Posted By:  Eric Saxon
Photo:  Eric Saxon

Cathedral of Saint Mary of the Assumption
The longer I remain in the San Francisco Bay Area, the more it becomes apparent that Marin County resident George Lucas took most of the designs for Star Wars from whatever was around him. Bury your face into the moss of Muir Woods and you can almost hear the crisp chitter of Ewoks ruining the third movie. St. Mary's Cathedral, a giant off the oft-traveled Geary Avenue, looks like something from the second movie. What it actually is, however, is a power and celebration zone for the Catholic Faith. Inside, people pray with the aid of a scintillating light-reflecting kinetic sculpture by Richard Lippold. Large windows face a generous spread of the city's four corners—somewhat like the observation tower of another Star Wars-esque building (this time a Jawa transport vehicle), the DeYoung Museum. The true test of the structure's modified Pope Hat was: would it bring in a real Pope? It did, in 1987: Pope John Paul.

Posted By:  Ben Bleiman
Photo:  Courtesy of Jim Fassbinder

Queen Anne Hotel
When you look at the old mansions in Pacific Heights, you can’t help but wonder if they might be haunted. Well they are. At least that’s what Jim Fassbinder, leader of San Francisco Ghost Hunt, claims. And for a mere $20 ($10 for children under 16), Fassbinder will take you on a one mile walk through the historic and notoriously haunted Pacific Heights. You’ll see spectacular views, hear one heck of a ghost story, and even learn how you can catch a ghost along the way. And Fassbinder is no kook. He’s been seen on the Travel Channel with Haunted Hotels and is a reference source in many ghost books. Ok, he still might be a kook. No reservations are necessary. Just be present in the lobby of the Queen Anne hotel any night at 7 pm. You will most certainly be informed, edified and enchanted. And who knows? You might even soil yourself in the process.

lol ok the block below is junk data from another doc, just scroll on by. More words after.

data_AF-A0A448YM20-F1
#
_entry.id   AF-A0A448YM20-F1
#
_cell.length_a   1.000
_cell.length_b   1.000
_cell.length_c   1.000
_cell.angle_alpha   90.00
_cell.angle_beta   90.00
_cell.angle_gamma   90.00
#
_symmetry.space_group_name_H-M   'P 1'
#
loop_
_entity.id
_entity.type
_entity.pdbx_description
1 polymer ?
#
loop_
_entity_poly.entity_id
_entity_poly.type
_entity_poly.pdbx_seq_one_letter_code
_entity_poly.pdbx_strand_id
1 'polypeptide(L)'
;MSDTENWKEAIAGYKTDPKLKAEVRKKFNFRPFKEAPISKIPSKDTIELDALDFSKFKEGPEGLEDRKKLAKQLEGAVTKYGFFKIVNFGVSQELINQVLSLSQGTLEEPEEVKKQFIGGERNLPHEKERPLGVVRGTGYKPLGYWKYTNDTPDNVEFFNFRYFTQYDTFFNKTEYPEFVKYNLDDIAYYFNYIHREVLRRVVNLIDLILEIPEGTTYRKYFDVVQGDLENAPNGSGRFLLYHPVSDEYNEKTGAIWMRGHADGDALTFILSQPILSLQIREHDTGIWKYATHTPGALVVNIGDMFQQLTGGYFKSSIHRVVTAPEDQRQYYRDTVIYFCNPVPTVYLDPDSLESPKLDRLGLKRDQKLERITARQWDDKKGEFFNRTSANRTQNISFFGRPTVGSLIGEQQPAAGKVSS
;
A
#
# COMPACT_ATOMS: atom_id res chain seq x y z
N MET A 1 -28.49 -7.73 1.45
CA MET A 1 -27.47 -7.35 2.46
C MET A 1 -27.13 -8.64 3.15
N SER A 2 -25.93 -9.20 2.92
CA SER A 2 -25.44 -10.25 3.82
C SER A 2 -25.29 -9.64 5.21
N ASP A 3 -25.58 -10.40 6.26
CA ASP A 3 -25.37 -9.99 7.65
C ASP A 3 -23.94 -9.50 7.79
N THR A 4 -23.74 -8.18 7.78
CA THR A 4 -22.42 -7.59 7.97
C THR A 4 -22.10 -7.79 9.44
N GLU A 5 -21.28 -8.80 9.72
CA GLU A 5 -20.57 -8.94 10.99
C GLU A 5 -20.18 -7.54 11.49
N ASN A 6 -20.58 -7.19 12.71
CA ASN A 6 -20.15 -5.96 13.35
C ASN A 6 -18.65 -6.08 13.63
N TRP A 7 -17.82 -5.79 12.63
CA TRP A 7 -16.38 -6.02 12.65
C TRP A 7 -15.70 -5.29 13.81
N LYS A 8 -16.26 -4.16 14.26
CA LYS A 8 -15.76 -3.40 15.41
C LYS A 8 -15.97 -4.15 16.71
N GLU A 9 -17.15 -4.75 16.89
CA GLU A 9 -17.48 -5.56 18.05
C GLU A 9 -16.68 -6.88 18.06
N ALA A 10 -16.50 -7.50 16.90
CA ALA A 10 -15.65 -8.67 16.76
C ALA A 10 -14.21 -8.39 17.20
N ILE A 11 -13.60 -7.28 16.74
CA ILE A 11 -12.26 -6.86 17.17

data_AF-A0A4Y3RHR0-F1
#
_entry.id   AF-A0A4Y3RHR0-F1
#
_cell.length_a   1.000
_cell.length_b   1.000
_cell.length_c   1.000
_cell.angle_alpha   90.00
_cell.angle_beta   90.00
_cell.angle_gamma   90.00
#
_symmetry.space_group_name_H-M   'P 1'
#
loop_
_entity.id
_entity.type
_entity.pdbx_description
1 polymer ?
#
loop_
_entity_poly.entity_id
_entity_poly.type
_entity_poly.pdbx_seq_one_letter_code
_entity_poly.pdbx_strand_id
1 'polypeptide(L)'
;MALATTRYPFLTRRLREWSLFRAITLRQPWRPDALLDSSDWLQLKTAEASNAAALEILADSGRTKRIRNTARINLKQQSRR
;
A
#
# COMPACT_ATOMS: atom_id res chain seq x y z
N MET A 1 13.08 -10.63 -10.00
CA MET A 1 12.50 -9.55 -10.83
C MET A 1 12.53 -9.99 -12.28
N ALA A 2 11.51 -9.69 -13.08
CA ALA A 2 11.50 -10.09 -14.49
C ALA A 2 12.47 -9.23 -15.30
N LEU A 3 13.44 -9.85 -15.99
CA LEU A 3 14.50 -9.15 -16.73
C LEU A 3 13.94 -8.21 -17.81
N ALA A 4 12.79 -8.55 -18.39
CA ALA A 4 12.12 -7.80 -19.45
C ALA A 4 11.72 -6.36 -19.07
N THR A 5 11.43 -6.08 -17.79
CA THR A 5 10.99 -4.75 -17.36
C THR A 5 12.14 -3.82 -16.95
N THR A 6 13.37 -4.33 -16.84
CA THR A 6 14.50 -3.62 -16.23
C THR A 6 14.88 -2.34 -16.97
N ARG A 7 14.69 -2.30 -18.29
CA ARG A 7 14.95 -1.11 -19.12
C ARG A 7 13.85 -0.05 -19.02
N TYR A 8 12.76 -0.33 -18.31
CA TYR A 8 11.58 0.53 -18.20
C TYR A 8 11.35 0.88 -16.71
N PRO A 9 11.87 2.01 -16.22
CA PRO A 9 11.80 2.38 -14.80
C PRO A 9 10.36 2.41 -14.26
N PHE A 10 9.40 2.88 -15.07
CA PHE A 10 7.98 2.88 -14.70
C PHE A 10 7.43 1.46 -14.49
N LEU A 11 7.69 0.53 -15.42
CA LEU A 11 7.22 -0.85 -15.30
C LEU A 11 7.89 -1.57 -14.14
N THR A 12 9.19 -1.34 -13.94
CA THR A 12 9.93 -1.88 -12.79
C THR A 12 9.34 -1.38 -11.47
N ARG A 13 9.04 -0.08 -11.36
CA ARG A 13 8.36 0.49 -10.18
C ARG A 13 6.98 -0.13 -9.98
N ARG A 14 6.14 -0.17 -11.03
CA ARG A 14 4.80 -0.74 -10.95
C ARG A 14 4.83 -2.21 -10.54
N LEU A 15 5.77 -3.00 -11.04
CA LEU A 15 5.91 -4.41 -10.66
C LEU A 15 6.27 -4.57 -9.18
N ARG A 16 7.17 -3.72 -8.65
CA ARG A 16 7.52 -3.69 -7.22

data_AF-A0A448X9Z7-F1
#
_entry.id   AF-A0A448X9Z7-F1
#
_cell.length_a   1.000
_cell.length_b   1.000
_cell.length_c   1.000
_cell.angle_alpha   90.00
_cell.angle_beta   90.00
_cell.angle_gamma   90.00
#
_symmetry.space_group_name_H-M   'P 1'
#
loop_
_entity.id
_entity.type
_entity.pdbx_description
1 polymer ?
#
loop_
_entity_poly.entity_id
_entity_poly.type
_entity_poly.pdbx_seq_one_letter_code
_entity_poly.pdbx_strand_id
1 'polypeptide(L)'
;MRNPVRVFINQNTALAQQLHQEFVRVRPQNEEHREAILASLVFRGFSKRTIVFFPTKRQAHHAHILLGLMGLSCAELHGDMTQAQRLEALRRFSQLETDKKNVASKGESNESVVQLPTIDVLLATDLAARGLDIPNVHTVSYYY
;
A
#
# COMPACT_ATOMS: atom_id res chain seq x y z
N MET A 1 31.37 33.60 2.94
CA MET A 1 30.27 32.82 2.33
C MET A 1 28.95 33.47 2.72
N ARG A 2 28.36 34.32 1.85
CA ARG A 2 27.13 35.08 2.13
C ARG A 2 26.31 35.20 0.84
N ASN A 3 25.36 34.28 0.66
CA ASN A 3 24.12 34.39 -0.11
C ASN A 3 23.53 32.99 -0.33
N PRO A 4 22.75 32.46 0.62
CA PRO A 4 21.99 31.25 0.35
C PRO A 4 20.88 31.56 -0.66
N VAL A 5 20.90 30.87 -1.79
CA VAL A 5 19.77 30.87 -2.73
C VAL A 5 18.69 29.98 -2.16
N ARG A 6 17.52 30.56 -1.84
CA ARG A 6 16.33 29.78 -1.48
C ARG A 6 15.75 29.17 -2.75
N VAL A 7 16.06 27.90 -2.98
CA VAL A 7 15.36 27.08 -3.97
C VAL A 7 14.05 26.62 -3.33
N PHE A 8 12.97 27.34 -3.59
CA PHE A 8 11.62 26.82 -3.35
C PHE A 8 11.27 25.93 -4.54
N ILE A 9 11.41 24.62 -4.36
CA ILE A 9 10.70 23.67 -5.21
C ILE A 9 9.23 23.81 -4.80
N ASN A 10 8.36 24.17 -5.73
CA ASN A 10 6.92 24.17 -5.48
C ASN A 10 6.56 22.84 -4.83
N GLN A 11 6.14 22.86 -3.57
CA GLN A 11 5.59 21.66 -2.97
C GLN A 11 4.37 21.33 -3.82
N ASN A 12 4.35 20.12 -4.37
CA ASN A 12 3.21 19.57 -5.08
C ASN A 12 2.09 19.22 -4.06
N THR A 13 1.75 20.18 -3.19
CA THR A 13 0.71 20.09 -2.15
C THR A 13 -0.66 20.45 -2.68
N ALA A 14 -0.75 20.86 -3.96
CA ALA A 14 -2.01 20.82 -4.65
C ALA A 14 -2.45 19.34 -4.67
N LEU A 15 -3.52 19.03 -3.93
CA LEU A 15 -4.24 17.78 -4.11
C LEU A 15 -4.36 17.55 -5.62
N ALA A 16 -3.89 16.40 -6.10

Posted By:  James Wigdel

San Francisco Arts Commission Gallery
Each week, dotted around Fisherman’s Wharf, the Embarcadero, and Union Square over 400 street artists and craftspeople sell their creations to locals and visitors alike. Their art ranges from the simple-but-elegant to one-of-a-kind high-end pieces. Shoppers can be assured their purchase is going to support the artist and support the Street Artist Program because each crafter is vetted through the San Francisco Arts Commission to whom they have demonstrated they “create and sell their work unaided.” The SFAC licenses the street artists to sell their wares and in return uses the fees to support its mission of encouraging artists and giving them a safe space to sell their items. Artist Geoffrey Vorlaza ( personifies the mission of the SFAC. For three years, he has made his living selling his art each weekend around the city. He said it’s not easy but it’s his passion. Each piece of his art, described as contemporary mixed media, is unique and meditative in nature. He and other artists like the freedom of being able to create their work and having a place to display and sell it. Founded in 1972, the San Francisco Street Artist Program has served as a model for similar programs throughout North America and Europe.